Among Bluetooth LE vendors, Nordic has a unique advantage during application code development. The company’s software architecture separates the SoftDevice (the Bluetooth LE stack) from the application code, thereby removing the complexity of integrating the application software with the RF stack (Figure 4). Without this separation, it can be all too easy for the RF stack to be corrupted during software compilation – extending the development and debugging process. Nordic’s SoftDevices are delivered as tested and verified binary files that always remain separated from the developer’s application code. The company’s development tools look after interfacing the application code to the SoftDevice during compilation.

Nordic also supplies a development kit (DK) and software development kit (SDK), which ease the design process. The DK includes the target nRF51 or nRF52 Series SoC and the SDK makes it simple to interface the SoC to the developer’s preferred ARM integrated development environment (IDE). Notably, the SDK also includes simple application code examples which developers can use to accelerate the coding of their own application.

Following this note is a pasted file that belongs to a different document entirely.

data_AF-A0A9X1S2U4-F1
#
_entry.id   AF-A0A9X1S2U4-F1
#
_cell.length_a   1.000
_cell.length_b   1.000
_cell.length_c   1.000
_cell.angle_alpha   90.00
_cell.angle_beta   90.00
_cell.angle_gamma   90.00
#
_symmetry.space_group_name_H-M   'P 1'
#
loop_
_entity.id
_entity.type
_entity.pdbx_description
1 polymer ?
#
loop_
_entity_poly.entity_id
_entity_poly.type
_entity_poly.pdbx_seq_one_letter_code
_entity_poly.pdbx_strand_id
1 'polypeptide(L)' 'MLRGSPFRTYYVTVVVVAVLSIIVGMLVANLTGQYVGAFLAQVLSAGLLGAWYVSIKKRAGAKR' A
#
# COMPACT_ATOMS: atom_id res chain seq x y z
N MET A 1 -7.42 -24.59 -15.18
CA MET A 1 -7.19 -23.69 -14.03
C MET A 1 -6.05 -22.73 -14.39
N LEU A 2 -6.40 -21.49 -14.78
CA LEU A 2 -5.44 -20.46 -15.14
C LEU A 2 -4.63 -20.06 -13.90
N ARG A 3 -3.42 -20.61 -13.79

Figure 4: Nordic’s software architecture separates the application code from the SoftDevice (the Bluetooth LE stack).

Proof-of-Concept Development Tool

Nordic has brought together the key advantages of its nRF52 Series SoCs, Bluetooth LE SoftDevices, unique software architecture, reference designs and application code development environment in a PoC PCB designed to ease the process of adding wireless connectivity to medical products (Figure 5).

The PoC PCB is based on the nRF52810 SoC and S112 SoftDevice, enabling Bluetooth 5 certified peripheral device operation. It is assembled on a 13.5 mm diameter circuit board and includes matching circuits, antenna and coin-cell battery. The PoC and the necessary design files are available from Nordic on demand. The file includes a short description and walkthrough, circuit board schematics and bill of materials (BOM). This is everything a designer needs to develop their own design based on the PoC.

Figure 5: The proof-of-concept printed circuit board accelerates the development of Bluetooth LE-connected medical products.

The PoC comes preloaded with the S112 SoftDevice and an Eddystone Bluetooth LE beacon application example. The nRF52810 SoC can be programmed with the developer’s own application through OTA-DFU.